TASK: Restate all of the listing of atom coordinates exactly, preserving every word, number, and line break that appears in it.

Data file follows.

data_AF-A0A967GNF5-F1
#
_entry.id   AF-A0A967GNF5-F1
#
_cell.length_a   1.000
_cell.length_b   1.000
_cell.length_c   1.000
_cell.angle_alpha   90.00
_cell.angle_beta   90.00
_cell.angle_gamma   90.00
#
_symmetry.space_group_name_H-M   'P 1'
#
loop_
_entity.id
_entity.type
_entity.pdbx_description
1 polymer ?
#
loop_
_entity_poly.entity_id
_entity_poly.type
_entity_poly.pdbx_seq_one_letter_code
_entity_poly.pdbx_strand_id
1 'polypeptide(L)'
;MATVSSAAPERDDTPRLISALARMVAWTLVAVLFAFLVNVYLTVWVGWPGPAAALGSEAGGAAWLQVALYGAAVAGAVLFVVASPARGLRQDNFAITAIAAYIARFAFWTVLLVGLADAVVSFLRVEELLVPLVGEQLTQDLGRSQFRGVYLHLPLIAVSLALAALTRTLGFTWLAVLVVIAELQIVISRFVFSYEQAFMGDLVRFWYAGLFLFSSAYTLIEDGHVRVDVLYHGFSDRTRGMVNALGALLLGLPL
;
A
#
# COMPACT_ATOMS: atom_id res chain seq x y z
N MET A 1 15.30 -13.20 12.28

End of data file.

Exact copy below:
data_AF-A0A967GNF5-F1
#
_entry.id   AF-A0A967GNF5-F1
#
_cell.length_a   1.000
_cell.length_b   1.000
_cell.length_c   1.000
_cell.angle_alpha   90.00
_cell.angle_beta   90.00
_cell.angle_gamma   90.00
#
_symmetry.space_group_name_H-M   'P 1'
#
loop_
_entity.id
_entity.type
_entity.pdbx_description
1 polymer ?
#
loop_
_entity_poly.entity_id
_entity_poly.type
_entity_poly.pdbx_seq_one_letter_code
_entity_poly.pdbx_strand_id
1 'polypeptide(L)'
;MATVSSAAPERDDTPRLISALARMVAWTLVAVLFAFLVNVYLTVWVGWPGPAAALGSEAGGAAWLQVALYGAAVAGAVLFVVASPARGLRQDNFAITAIAAYIARFAFWTVLLVGLADAVVSFLRVEELLVPLVGEQLTQDLGRSQFRGVYLHLPLIAVSLALAALTRTLGFTWLAVLVVIAELQIVISRFVFSYEQAFMGDLVRFWYAGLFLFSSAYTLIEDGHVRVDVLYHGFSDRTRGMVNALGALLLGLPL
;
A
#
# COMPACT_ATOMS: atom_id res chain seq x y z
N MET A 1 15.30 -13.20 12.28